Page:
Vice President Mike Pence is scheduled to be in Artesia on Wednesday to speak at the United States-Mexico-Canada Agreement trade event.

The event is hosted by America First Policies, a nonprofit organization supporting policy initiatives.

Area government leaders expressed enthusiasm for Pence’s visit.

“I am excited about it,” Carlsbad City Councilor Jason Shirley said. “This is where the action is as far as energy and a growing booming economy are concerned. Southeast New Mexico is a perfect place to discuss the USMCA trade deal.”

Eddy County Sheriff Mark Cage said Pence will visit “one of the biggest oil producing counties in the world.”

“From previous personal experience, I can tell you that he is a true statesman and always a gentleman,” Cage said. “I generally like the man and I happy that many of my fellow New Mexicans will get to see him in person.”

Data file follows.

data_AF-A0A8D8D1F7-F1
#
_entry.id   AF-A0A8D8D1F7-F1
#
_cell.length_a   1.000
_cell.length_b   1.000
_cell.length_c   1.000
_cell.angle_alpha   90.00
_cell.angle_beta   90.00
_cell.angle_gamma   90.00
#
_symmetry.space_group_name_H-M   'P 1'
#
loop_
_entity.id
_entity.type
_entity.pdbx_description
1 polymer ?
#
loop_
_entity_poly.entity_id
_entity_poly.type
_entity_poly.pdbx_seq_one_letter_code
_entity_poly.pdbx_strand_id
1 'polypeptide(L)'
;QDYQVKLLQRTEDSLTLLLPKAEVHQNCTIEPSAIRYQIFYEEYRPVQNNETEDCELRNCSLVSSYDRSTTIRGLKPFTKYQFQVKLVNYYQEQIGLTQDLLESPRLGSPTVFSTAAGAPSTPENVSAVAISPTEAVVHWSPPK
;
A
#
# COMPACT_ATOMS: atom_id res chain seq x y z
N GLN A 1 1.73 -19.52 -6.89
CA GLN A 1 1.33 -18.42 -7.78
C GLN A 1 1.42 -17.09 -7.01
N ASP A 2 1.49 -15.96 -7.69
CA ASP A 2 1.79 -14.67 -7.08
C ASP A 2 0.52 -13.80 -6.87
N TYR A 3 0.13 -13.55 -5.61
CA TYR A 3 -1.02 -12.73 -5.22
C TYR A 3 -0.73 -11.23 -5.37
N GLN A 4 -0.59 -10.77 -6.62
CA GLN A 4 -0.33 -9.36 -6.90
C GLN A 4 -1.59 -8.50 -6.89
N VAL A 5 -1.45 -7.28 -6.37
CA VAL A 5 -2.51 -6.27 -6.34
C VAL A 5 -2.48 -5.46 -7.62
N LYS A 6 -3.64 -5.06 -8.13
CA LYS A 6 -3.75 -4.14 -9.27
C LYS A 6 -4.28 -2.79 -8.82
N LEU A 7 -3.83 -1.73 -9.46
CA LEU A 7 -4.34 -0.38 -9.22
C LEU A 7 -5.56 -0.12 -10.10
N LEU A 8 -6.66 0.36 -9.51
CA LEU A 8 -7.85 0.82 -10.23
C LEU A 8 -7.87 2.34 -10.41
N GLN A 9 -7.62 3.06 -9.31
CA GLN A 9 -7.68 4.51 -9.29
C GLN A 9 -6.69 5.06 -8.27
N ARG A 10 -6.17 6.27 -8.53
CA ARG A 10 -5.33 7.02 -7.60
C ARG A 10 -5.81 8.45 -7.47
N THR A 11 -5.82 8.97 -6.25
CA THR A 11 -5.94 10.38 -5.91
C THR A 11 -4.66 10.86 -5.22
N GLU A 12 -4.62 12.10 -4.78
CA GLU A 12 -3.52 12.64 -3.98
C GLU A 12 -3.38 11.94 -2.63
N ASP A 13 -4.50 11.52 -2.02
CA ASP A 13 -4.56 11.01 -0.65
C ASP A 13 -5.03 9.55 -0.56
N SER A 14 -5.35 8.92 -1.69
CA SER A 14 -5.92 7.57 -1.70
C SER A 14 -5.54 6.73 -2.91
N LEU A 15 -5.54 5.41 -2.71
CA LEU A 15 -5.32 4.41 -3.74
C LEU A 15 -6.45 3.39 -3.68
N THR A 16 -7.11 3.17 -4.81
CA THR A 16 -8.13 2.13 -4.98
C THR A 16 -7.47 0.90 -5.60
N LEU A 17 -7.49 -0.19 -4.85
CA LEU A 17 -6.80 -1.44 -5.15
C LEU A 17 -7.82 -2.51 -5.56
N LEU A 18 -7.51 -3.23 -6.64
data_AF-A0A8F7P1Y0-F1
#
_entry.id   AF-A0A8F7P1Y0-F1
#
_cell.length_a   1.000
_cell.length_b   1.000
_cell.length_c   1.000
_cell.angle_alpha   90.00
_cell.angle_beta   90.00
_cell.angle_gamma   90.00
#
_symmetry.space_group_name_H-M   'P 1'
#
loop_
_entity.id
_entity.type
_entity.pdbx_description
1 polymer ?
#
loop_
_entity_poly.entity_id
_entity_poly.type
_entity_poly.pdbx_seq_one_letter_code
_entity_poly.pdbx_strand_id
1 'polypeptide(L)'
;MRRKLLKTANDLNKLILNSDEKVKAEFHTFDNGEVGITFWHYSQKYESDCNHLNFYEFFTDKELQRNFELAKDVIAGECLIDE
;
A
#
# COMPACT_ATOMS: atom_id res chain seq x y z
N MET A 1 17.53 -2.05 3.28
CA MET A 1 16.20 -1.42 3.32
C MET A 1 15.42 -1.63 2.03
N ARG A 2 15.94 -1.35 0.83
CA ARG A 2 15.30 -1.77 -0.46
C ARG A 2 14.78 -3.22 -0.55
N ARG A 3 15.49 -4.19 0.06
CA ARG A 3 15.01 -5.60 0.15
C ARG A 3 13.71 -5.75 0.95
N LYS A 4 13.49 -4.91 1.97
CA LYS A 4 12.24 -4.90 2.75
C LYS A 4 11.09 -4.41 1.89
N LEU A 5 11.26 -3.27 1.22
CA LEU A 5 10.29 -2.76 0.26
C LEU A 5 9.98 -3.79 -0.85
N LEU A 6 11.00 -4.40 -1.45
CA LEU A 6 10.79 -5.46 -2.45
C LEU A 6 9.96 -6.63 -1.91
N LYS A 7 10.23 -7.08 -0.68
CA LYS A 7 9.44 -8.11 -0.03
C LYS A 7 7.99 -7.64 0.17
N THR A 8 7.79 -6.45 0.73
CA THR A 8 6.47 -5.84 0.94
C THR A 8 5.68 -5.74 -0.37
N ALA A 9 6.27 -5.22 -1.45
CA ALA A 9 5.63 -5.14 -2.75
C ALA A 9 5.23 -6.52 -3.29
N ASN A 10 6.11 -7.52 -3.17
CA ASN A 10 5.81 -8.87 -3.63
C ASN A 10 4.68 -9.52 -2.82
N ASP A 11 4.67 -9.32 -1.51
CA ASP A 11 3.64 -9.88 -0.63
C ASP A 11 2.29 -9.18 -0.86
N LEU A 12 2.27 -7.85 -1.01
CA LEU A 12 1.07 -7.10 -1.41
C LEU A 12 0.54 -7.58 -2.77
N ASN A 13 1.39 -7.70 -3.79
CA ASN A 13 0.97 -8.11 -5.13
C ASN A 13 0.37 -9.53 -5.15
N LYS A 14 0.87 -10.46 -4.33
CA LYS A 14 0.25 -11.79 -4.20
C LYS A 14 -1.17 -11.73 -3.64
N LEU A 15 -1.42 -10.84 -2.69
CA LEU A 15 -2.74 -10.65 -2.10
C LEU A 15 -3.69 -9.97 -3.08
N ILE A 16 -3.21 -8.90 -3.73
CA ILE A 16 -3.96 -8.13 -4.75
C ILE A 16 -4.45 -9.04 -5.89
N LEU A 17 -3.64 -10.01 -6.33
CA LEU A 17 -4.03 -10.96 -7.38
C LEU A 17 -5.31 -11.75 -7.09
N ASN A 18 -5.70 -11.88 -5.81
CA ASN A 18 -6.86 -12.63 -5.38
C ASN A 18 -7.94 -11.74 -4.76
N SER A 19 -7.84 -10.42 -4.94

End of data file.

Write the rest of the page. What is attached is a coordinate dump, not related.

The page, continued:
Republican state Sen. Gay Kernan said Pence should take the opportunity to see first hand the revenue produced for New Mexico state government in the Eddy County oilfields.

“We are self-sustaining when to comes to energy,” she said. “I think this is going to be a great day for Southeast New Mexico and New Mexico.”

The Democratic Party of New Mexico had a different take on Pence’s visit.

“The Trump administration is sending Vice President Pence to New Mexico to distract from their long record of broken promises,” said Party Chairwoman Marg Elliston in a news release. “Republicans claim that they’ll fight for working people, but they run around and offer tax breaks to billionaires and multinational corporations.

“New Mexicans see right through this hypocrisy, and that’s why we’re ready to put a Democrat in the White House in 2020.”

The agreement was drafted last year and is a renegotiated version of the North American Free Trade Agreement established 25 years ago.

President Donald Trump signed the agreement along with the prime minister of Canada and the president of Mexico.

The trade agreement passed Mexico’s senate June 20 and a second reading passed Canada’s House of Commons and was referred to a committee.

The agreement needs approval of the U.S. Congress.